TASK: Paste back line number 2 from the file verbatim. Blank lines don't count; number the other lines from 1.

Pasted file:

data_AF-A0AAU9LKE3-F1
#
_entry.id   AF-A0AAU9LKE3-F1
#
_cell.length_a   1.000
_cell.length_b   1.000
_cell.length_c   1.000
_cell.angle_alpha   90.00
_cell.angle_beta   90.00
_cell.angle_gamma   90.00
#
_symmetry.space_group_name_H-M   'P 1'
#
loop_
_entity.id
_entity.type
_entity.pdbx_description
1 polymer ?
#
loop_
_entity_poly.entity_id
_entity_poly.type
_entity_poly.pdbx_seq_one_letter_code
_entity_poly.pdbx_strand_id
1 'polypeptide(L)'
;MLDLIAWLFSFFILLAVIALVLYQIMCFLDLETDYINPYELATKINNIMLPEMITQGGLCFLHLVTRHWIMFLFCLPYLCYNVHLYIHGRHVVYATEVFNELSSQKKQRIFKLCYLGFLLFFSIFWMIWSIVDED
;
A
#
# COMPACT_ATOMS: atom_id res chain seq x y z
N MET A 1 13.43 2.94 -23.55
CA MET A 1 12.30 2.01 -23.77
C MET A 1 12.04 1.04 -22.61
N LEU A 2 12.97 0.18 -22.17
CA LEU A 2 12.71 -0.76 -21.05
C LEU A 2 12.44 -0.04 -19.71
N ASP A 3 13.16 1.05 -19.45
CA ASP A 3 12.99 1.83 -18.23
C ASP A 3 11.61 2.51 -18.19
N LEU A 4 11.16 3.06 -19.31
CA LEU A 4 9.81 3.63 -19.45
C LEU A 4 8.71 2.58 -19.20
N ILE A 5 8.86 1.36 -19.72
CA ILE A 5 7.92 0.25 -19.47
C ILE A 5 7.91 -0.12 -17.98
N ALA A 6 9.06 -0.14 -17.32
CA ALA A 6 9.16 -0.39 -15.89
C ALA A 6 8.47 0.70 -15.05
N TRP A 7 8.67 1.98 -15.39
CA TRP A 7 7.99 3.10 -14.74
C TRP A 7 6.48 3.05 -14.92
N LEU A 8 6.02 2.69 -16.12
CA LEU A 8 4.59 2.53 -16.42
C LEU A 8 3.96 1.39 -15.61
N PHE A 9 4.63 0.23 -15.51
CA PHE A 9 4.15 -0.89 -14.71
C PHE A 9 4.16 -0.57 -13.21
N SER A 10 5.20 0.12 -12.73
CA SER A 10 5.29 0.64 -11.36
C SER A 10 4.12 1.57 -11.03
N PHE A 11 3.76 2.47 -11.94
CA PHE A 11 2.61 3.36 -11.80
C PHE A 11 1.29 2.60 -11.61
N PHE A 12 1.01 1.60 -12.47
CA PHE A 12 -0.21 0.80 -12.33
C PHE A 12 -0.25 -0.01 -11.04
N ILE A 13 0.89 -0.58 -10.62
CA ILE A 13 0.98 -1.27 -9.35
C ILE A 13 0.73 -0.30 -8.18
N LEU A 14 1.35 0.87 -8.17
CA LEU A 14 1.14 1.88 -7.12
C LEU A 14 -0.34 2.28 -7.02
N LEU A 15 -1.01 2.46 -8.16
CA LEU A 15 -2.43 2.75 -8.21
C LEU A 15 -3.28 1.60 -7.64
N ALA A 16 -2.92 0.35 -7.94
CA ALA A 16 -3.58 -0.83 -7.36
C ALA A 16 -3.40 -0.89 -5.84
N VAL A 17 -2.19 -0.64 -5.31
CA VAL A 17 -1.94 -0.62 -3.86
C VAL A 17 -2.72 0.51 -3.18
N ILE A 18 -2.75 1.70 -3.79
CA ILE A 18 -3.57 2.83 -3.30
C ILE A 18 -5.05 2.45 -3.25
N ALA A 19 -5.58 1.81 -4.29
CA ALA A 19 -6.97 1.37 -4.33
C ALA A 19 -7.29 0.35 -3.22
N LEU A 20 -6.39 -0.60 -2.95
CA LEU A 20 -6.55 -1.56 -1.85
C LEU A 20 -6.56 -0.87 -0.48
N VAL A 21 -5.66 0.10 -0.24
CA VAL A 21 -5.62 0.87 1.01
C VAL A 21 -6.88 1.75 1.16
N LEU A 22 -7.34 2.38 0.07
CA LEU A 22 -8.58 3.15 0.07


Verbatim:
#